Are conservatives suppressed on college campuses?

Discussion about "Political Correctness" at US universities

The liberal and politically correct majority on campus is seductive. It's easy to join her. Because she basically has a noble goal: She wants everyone to feel good. But “everyone” should actually be so many different people at a public institution like a university that one person's well-being cannot always be that of the other. And the desire for a feel-good atmosphere basically contradicts what a university wants. Because there, students should learn to think critically. You should be challenged intellectually. That can't always be convenient.

The power of the majority has consequences. Critics say that the campus has already become a “liberal echo chamber” in which only one's own opinions echoed off the walls. We all know this from our own lives. In which the Facebook algorithm and the filter bubble constantly tell us what we like and thus encourage us to do so. In which our society is becoming increasingly polarized, both politically and socially. In Germany you can currently see this in the different ways people talk about refugees. And in America, how Trump supporters in the country and liberals in the big cities despise each other.

If people only deal with those who tick just like them, they become more radical

“Polarization is a consequence of what we perceive as progress,” says Greg Lukianoff. “We have the opportunity to live in communities in which everyone ticks like us - that sounds wonderful! But the more people live in such groups, the more radical they become in their beliefs. And perceive the other groups as either stupid or evil. ”Lukianoff believes that the current situation at universities will worsen this general polarization. “University graduates have a lot of power. For example, if they become lawyers, the way they think can change legal practice - because the First Amendment is only as strong as it is interpreted. "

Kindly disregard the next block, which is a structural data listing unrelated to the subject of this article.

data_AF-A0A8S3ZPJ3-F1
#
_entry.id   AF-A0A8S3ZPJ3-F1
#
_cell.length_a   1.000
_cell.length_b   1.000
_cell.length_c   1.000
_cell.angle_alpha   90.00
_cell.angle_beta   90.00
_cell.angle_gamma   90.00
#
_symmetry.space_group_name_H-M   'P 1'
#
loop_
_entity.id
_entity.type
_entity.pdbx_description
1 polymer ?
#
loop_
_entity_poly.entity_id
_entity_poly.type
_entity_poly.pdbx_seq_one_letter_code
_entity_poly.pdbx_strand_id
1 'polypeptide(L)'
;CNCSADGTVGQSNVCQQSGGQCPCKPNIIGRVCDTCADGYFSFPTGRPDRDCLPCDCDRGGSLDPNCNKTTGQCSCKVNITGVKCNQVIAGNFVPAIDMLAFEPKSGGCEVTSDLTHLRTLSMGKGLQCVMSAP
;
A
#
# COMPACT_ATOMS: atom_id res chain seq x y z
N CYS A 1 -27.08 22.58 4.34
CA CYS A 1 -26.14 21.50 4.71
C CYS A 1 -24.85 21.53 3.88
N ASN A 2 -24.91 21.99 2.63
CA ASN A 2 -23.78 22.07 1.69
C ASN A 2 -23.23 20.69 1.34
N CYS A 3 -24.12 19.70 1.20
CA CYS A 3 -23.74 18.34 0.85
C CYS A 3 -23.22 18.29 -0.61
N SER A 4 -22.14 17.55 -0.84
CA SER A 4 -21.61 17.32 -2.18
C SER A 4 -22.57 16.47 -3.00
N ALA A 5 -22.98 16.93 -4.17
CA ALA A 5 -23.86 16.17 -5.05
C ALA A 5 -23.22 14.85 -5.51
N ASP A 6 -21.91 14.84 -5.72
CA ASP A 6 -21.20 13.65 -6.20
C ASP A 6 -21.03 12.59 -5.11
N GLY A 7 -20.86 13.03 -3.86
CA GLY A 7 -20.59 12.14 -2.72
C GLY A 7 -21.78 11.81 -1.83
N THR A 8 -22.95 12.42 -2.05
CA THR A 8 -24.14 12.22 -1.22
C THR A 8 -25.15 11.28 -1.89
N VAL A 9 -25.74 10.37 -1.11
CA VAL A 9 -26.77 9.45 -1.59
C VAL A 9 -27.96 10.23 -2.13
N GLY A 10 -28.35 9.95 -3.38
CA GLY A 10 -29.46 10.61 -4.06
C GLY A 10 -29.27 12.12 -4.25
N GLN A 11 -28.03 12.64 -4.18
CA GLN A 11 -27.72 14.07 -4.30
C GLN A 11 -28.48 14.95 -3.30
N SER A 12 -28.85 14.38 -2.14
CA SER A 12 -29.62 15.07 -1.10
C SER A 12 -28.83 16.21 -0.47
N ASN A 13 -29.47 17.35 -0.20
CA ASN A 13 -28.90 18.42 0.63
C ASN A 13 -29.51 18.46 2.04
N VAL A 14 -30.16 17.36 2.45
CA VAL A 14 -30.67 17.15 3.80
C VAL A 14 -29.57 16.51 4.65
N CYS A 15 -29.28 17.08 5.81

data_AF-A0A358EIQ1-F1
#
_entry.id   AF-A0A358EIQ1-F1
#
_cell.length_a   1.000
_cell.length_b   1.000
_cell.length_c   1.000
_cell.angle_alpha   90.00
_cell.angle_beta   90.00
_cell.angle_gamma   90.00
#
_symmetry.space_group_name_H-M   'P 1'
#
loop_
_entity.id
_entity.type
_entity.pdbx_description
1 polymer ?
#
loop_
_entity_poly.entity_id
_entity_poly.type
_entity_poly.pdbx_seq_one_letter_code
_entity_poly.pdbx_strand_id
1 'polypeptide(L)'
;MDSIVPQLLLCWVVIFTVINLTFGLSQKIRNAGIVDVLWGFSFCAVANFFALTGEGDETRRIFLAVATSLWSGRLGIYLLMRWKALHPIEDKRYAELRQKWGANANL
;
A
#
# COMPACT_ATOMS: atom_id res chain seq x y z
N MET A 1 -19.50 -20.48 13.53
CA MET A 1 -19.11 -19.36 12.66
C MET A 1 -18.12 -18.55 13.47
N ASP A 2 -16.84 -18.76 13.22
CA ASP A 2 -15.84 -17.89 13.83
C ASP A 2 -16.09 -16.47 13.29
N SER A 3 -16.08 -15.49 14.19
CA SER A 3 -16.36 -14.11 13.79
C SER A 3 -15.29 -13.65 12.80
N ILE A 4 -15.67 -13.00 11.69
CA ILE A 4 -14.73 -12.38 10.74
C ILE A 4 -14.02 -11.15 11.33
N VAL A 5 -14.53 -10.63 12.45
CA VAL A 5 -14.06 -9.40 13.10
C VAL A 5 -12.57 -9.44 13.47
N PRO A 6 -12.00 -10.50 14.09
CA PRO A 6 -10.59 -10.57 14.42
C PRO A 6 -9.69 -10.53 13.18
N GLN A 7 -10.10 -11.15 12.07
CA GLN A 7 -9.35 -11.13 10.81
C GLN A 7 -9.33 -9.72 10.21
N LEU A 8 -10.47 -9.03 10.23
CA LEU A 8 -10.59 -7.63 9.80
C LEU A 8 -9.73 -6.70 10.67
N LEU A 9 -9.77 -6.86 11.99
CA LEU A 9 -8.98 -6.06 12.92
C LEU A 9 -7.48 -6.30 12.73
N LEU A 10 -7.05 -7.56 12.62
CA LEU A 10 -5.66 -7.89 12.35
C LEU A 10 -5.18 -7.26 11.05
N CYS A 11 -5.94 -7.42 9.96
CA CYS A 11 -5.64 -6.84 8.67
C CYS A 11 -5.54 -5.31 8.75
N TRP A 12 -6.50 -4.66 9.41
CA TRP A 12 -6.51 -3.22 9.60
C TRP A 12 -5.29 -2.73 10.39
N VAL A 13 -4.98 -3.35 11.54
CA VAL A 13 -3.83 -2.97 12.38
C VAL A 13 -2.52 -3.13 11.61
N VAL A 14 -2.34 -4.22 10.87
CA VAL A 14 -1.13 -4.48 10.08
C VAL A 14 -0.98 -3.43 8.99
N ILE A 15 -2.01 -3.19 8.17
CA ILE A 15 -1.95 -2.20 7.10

That is of course a very gloomy look into the future. There is reason to hope that the letter from the Chicago dean sparked such a big discussion is a good thing: At least people are talking to each other again. Peter, the conservative Georgetown student, believes that his university is currently at a “crossroads”. That there is more open discussion here than at other universities. He wants to work to ensure that it stays that way and would like discussion events at which, for example, the College Republicans and the Black Student Alliance come together and discuss publicly with one another.

And Greg Lukianoff wants discussion not only to be practiced, but also to be taught in concrete terms. That so-called “Oxford style debates”, as we know them from debating clubs, become an integral part of the training. In such a debate, the students have to argue for something that they personally disagree with. Because it is very pleasant to let your thoughts circle together in only one direction. But it doesn't make you any smarter.